The dollar edged down against most major currencies in Asian trade on Friday but remained on track for a weekly gain, as investors awaited U.S. jobs data later in the session to see if the labor market is stronger than previous surveys indicated.
Investors’ risk sentiment also slipped with the safe-haven yen firmer after news that four police officers were fatally shot and seven wounded by snipers who targeted them during rallies in Dallas to protest against the fatal shootings of two black men by police this week.
The consensus forecast is for the U.S. economy to have added 175,000 jobs in June, according to a Reuters poll, but investors remain wary, given the negative surprise in the May payrolls report, which some expect to be upwardly revised.
A report overnight showed U.S. private payrolls rose more than expected in June and jobless claims were lower than forecast.
The dollar index, which tracks the greenback against six major rivals, was down 0.2 percent at 96.091. But it was still poised for a 0.5 percent gain in a week marked by volatile trade in the wake of Britain’s surprise vote to exit the European Union last month.
The perceived safe-haven yen firmed, indicating that investors remained wary ahead of the payrolls report.
“I think many investors want to continue to focus on the Brexit risks, so even if we get some good U.S. employment data, it might not be so helpful to overcome weak sentiment,” said Masashi Murata, currency strategist for Brown Brothers Harriman in Tokyo.
“My basic scenario is that dollar/yen will trade between 100 and 105 through the end of September,” he said.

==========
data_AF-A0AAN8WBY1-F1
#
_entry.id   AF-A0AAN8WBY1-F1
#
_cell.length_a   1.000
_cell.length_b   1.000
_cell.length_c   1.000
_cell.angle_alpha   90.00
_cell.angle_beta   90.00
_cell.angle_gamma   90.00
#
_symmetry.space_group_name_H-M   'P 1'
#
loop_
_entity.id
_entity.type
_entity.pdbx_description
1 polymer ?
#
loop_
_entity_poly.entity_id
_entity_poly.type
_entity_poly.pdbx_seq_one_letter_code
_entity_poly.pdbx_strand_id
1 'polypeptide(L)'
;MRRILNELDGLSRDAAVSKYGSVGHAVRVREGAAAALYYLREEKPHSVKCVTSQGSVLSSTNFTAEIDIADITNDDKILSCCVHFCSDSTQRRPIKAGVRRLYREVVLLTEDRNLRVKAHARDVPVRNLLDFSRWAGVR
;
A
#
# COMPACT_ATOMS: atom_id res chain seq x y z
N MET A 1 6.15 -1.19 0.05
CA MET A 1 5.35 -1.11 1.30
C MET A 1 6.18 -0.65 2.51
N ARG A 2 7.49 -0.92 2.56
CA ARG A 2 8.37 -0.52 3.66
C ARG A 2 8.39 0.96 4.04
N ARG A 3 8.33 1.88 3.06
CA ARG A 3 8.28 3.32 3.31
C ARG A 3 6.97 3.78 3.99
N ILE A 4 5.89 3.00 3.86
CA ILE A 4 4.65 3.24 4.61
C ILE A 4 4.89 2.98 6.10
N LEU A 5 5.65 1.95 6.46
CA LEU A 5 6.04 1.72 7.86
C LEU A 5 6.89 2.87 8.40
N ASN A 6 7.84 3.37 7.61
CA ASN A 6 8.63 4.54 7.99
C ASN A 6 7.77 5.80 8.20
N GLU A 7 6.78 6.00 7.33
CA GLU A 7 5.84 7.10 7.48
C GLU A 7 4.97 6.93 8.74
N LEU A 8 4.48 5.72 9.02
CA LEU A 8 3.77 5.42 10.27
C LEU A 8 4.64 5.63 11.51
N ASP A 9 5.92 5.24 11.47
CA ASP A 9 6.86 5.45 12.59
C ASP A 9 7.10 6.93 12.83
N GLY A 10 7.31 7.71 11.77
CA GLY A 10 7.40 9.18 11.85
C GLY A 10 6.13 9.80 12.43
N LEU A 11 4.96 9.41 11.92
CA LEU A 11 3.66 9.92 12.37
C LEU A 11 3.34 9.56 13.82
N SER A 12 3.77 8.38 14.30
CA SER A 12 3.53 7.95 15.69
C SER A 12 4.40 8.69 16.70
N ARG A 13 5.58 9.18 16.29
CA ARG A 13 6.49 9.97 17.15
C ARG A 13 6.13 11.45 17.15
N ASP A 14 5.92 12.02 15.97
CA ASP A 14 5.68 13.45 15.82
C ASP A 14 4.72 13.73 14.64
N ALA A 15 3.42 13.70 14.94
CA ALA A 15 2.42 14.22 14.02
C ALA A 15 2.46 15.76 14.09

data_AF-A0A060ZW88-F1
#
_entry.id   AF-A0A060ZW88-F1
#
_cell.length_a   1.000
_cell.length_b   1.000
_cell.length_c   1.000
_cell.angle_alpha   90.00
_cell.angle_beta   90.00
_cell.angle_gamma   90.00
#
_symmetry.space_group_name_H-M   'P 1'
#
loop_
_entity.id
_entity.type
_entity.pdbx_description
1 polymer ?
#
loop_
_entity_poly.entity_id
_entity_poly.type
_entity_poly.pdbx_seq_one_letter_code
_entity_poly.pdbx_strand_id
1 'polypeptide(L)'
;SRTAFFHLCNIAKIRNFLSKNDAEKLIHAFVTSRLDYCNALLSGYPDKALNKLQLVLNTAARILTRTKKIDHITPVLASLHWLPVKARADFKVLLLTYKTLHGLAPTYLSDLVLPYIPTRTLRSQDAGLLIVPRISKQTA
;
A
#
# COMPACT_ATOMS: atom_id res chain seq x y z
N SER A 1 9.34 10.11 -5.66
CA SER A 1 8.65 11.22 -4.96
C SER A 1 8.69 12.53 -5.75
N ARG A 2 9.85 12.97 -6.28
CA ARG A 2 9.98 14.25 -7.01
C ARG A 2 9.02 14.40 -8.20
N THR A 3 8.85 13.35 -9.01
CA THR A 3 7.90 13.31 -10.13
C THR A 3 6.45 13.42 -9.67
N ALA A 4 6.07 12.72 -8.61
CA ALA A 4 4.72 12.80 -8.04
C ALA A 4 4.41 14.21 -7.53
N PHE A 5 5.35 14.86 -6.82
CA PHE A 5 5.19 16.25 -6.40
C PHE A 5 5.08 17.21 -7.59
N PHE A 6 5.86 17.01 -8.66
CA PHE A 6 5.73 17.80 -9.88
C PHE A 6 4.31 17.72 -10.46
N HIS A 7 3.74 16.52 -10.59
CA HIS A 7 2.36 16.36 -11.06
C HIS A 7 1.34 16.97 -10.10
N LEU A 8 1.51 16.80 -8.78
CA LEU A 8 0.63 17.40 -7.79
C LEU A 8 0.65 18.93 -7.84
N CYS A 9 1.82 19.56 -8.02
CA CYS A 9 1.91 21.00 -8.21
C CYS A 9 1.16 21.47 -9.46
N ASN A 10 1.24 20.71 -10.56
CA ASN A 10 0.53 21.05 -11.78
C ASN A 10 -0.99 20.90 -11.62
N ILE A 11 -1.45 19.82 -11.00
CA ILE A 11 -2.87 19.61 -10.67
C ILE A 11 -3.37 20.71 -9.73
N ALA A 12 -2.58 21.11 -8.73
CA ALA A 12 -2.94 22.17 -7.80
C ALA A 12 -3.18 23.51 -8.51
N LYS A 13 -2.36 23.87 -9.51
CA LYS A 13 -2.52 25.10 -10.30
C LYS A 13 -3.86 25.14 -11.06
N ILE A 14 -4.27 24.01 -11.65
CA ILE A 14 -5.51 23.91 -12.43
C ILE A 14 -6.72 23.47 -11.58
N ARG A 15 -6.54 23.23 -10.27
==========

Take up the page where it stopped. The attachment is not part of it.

The dollar was 0.3 percent lower against the yen at 100.45 yen, though still holding above its post-Brexit low of 99 yen hit on June 24. It was down 2 percent for the week.
Investors also pondered whether the Bank of Japan will decide to take further stimulus action at the conclusion of its two-day policy meeting on July 29, and what form such steps might take.
“Cutting rates is one of the key options the BOJ may look to when it eases policy next,” strategists at Nomura wrote in a note. “After its adoption on 29 January, its negative rate policy has not succeeded in improving investor sentiment, as concerns over the negative impact on bank earnings were highlighted more than its benefits,” they said.
The euro inched 0.1 percent lower to 111.34 yen, moving back toward a 3½-year low of 109.30 logged after the Brexit vote. It was poised to shed 2.6 percent for the week.
The euro edged up 0.2 percent to $1.1083, but was down 0.5 percent for the week.
Recently battered sterling was up 0.3 percent at $1.2948 , holding above 31-year lows logged earlier this week, though still down about 2.5 percent for the week.
But some analysts expect it to drop to as low as $1.20 in coming months as the Bank of England prepares to ease monetary policy to blunt the impact of the Brexit move.